First I want to apologize to anyone who returned to read more about this in the last 2 days, I promised more later that evening, but didn’t deliver. Hopefully the adage of “Better late than never” holds true here.
On Friday 22 July 2011 a 1500 page manifesto outlining ideas on immigration and how Muslims were taking over Europe and plans to stop them apeared on the internet. A few hours later a massive bomb exploded in Oslo, Norway at the government center. A short time later a man dressed as a cop walked on to an island near Oslo where there were young people from the Labor Party gathered for a camp. The man approached the gathered youth and began shooting. The bomber, the shooter, and the author of the manifesto are one and the same, Anders Behring Breivik.
On a Facebook page he created as well as in his manifesto Anders claimed to be a Christian. News reports say that he has tied to Christian fundamentalism. His own lawyer has called him an Christian extremist. The police have said the same thing. Seems that Breivik was desirous of reviving the Crusades, that dark splotch on the history of Christianity. He claims to belong to an organization called the Knights Templar. Breivik has said that he is not alone that there are at least two more cells of these terrorists wanting to purge Europe of the Marxist-Islamic Alliance. In his manifesto Breivik stated that peaceful measuers were over and that it was time for violence. His manifesto has been compared to similar ravings from Al Qaeda. The terrorist violence is the same as well.
Breivik and the new Knights Templar (if they exist) claim to be saving Christendom from Islam, they act in the name of Christ. But what is the difference between these paranoid extremists and their Islamic counterparts? Nothing except a label. Neither represent the system of faith in whose name they act.
I am no expert on Islam, but I do not think that the terrorist extremist represent the whole or even majority of its followers any more than Breivik and his Knights Templar represent Christianity and the majority of Christians. I have a dear friend who is a Muslim. He and I were working together at the University of Illinois in 1995 at the time of the Oklahoma City bombing (by Christian extremists). Amr was the president of the Egyptian Students Association, a national organization, and I recall how deeply hurt he was when the bombing took place. He wrote a letter for national publication condemning such acts. It was only later that we found out it was American Christians who were behind that attack. Amr, his wife and their families are very loving, peace loving people and I believe that that is the majority of those with in Islam. It is no more fair to judge all Muslims based on the hateful, deplorably violent acts of a few who claim Islam than it is to judge Christianity and Christians based on the evil acts from terrorists who claim the name of Christ.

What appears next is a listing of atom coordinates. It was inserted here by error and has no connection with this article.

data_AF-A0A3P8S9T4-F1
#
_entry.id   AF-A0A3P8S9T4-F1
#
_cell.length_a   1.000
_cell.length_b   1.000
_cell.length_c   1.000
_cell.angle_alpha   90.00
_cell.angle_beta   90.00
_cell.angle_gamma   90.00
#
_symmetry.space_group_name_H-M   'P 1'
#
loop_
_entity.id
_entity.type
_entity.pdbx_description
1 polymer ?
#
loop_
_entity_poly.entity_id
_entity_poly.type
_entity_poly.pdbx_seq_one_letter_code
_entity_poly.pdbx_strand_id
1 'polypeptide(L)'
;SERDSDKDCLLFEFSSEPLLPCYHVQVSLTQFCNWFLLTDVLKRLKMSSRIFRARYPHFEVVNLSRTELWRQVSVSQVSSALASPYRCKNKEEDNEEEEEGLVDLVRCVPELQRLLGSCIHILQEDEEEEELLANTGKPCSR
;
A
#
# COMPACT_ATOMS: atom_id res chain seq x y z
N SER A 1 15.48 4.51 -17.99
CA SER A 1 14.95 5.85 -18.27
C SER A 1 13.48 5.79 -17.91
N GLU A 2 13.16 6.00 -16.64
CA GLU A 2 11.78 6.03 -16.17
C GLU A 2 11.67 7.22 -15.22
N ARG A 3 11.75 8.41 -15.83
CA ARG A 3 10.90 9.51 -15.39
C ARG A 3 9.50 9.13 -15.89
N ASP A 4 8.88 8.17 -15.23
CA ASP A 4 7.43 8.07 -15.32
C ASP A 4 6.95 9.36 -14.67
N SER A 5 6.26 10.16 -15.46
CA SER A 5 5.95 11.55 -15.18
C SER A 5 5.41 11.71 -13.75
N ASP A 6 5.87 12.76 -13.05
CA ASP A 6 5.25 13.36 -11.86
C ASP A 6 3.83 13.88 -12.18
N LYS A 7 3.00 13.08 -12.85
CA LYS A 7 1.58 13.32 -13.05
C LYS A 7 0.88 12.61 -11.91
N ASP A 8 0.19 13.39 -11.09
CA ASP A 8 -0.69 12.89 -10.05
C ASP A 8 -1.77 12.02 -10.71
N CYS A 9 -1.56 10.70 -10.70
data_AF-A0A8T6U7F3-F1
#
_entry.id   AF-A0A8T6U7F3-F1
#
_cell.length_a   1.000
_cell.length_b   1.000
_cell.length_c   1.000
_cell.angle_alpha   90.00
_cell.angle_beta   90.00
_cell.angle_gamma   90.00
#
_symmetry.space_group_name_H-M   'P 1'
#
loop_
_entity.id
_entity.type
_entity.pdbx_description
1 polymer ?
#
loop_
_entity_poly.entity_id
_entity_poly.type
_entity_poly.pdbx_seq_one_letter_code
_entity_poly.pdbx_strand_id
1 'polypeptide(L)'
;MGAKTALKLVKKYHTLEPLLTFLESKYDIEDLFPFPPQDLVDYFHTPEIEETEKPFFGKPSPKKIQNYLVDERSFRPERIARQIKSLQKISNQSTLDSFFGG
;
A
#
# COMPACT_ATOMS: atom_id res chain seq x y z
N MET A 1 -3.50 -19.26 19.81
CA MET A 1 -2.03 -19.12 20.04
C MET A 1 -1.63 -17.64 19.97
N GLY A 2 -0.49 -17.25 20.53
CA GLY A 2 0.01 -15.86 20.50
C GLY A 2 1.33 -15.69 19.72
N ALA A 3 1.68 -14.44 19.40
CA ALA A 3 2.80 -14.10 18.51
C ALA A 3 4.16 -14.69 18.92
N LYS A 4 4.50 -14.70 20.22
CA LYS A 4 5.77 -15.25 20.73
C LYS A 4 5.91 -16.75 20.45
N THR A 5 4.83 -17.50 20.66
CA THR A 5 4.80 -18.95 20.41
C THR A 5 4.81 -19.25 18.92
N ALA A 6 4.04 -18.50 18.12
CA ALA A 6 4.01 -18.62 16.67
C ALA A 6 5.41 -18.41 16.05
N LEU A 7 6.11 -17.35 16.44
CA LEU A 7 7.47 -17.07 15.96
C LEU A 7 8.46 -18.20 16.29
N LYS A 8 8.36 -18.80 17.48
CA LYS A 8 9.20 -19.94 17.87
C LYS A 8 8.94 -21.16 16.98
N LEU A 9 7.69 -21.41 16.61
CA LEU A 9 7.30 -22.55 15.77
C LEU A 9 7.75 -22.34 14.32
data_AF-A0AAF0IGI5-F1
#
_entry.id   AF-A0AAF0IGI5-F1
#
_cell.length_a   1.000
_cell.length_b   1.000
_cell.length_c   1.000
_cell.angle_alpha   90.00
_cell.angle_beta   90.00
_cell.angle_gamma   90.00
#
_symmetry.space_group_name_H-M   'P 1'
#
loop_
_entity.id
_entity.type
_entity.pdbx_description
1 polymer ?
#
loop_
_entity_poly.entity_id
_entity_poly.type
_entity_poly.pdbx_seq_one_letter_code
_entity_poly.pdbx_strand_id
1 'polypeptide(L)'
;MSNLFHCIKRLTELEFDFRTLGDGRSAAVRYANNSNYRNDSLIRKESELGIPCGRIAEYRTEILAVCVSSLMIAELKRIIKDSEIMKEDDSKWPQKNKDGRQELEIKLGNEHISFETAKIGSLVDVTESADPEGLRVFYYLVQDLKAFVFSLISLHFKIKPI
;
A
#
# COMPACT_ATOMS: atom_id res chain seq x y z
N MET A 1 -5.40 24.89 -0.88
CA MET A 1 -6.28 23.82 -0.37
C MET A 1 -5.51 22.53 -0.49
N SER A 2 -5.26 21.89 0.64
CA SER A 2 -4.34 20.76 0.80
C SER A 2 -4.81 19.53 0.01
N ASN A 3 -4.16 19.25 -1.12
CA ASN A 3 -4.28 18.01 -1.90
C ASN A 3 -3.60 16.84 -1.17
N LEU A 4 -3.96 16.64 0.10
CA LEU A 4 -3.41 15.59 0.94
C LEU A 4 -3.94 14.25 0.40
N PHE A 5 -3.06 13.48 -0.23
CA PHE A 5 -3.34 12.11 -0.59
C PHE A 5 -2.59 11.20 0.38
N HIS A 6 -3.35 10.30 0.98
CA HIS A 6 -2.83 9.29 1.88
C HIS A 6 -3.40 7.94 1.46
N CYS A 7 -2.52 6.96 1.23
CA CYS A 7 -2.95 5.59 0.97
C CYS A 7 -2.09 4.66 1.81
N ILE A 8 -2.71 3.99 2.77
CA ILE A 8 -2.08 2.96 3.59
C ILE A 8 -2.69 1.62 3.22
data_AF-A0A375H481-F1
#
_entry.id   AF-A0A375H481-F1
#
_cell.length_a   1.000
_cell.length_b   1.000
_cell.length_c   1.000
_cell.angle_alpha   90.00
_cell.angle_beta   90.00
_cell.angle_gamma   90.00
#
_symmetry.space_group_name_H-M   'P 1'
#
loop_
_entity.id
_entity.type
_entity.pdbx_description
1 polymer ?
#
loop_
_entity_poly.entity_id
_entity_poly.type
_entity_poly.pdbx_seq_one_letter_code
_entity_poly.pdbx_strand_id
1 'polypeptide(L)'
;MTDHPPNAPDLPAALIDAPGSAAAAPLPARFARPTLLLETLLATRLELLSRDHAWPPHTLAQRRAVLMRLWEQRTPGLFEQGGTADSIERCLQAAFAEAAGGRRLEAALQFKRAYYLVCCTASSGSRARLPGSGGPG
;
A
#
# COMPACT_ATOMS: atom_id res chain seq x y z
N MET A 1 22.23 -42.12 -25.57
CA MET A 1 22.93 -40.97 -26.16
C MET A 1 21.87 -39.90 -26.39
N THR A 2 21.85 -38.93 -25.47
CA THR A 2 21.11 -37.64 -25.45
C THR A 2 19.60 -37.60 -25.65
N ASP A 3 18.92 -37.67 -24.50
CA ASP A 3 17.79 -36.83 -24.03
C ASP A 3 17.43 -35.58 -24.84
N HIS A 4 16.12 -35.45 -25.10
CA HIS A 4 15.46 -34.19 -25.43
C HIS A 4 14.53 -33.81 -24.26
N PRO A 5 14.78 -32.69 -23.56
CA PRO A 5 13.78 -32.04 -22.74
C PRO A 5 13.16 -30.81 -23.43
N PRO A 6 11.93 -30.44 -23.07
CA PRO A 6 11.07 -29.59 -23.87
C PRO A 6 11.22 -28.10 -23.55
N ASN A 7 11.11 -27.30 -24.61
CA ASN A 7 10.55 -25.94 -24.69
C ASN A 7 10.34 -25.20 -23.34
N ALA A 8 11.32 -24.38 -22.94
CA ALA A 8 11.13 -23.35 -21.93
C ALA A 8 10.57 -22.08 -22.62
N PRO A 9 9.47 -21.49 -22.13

I hear Christians say that there is not a strong enough Islamic voice condemning the violence of the terrorists. Non-sense! I just don’t think that those Muslims who are condemning the violence are listened to, nor are they afforded the airtime of those who want to blame them too. But where are the Christian voices condemning the violence of this past Friday? Eerily silent. Does this silence reflect a tacit approval of this act of terrorism? I wonder I really do. The couple of blogs I read doubted Breivik’s claim to “Christian”. One said that he thought all protestants should return to the Roman Catholic Church and because of that he just isn’t a Christian. What the fuck? Catholics aren’t Christian? Ohters have said that Breivik’s acts are not the type a Christian would commit, I agree, but he still acted in the name of Christ and Christendom. If we demand stronger language from moderate Muslims shouldn’t we be willing to use stronger language to condemn evil done in the name of Christianity rather than rationalize away that the perpetrator for whatever reason isn’t a Christian?
What Breivik did was horribly evil! As a Christian I condemn any such acts in the name of the God who IS love. Christianity does not allow for such acts in any of its doctrines, scriptures, dogmas, etc. However, some people twist the meanings and interpretations and believe they are acting for God. They are deceived. Those who bombed abortion clinics, shot doctors, killed women going to clinics are no different than Breivik.
That said, I pray for Breivik. I pray that he can be brought to see the error of his actions, the error of thinking he could advance the Kingdom of Heaven with bombs and a gun. I believe that he needs to face the full consequences of his actions, his horribly evil and devastating acts. Yet, I pray that God gets through to him. I prayed the same for Osama bin-Laden while I condemned his actions. Neither, IMHO, represent the religions in whose name they acted.
Terrorism is terrorism. Extremism is extremism. Evil is evil. There is no difference between an Islamic terrorist and a Christian terrorist.